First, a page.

Balboa Park is a true reflection of San Diego, past and present. Located next door to the San Diego Zoo, it is home to the Fleet Science Center, the Museum of Man, the Natural History Museum, the Botanical Gardens, and one very often overlooked place: Zoro Garden. The sunken grotto is home to many species of butterflies, but in 1935 and 1936, Zoro Garden was home to San Diego's naked exhibition.
The buildings that form the park, including Zoro Garden, were originally constructed in 1915 for the Panama-California Exhibition. They were renovated for the California Pacific International Exhibition in 1935-36, and Zoro Garden was transformed into the infamous San Diego nudist colony attraction.
In the middle of the Great Depression, the nudist performers managed to bring in an impressive amount of revenue for the exhibition. For 25 cents, visitors could sit and watch the unclothed members of the faux-colony go about their lives. In spite of the odds stacked against their exhibit, the residents of Zoro Garden didn't just make money – they earned their unlikely spot in San Diego history.
The 1930s saw an increase in nudist shows at world's fairs and exhibitions. However scandalous they may have seemed, these displays were a follow-up to a much more offensive type of exhibit. Live cultural displays were common throughout the late 1800s and early 1900s, sometimes known as "human zoos."
These exhibits featured people from remote locations around the world living in staged versions of their home environments, which often included recreations of their living quarters and food sources. The St Louis World's Fair in 1904 hosted many living exhibits, including displays of Congolese, Philippine, Native American, and Inuit peoples. The participants acted out scenes from their daily lives for fair-goers, who had not had a chance to travel the world and see foreign lands and people for themselves. These types of exhibits eventually became widely criticized, and ceased due to perceptions of racism.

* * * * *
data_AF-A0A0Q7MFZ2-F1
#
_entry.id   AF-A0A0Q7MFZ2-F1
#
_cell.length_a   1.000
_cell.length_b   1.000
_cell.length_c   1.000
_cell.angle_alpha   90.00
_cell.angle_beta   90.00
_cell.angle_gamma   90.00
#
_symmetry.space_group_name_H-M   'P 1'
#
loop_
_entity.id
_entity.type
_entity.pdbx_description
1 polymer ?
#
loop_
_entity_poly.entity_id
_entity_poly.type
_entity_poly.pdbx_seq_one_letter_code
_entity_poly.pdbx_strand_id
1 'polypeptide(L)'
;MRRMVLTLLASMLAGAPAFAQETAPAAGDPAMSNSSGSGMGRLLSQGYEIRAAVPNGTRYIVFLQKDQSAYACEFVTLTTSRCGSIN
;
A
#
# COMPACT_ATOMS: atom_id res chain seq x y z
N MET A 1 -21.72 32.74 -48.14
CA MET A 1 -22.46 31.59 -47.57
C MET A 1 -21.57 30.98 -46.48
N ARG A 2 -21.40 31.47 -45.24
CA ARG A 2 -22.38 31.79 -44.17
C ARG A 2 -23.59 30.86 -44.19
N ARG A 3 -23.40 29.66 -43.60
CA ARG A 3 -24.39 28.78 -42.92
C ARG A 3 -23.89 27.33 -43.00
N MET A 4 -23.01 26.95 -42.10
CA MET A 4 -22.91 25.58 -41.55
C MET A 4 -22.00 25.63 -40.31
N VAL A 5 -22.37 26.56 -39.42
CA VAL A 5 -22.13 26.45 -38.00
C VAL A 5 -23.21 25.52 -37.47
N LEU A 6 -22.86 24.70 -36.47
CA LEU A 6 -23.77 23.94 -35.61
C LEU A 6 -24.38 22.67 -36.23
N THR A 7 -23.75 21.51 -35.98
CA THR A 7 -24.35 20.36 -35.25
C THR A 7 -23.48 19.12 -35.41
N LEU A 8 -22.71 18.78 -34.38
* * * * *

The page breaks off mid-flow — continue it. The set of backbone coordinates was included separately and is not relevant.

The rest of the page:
Many of the "naturists" who performed in Zoro Garden were "Sunday nudists." Some of them had already performed at Chicago's Century of Progress world's fair, which took place in 1933-34. However, Queen Zorene (Yvonne Stacey) claimed that she was an authentic nudist rather than simply a performer in the show. She quit her role after the first season of the exhibition and took her nudist act on the road. She continued her nudist performance career until the 1950s.
Even though there were no rules in San Diego about nudity in exhibitions like Zoro Garden, the performers were not actually nude. They were close, though – their uniforms included g-strings and loincloths. Some of the performers also wore barely-there tights that enhanced their figures, but couldn't be seen from a distance.
The Zoro Garden exhibit was run like a sideshow event, mainly because it was created by sideshow promoters Nate Eagle and Stanley R. Graham. Kate Clark, who wrote a play about Zoro Garden, explained the concept:
The original colony was kind of like a zoo. People could go any time of day between 11 AM and midnight, and when they got there, they never knew what the people would be up to.
The people inhabiting the faux-colony went about their lives cooking, playing volleyball, and sunbathing in the nude. One of the staples of their routine was a 20-minute performance of a "sacrifice to the Sun God," which was done for the benefit of the viewers five times per day. The routine didn't have any true religious significance, though the exhibit was said to be inspired by Zoroastrianism.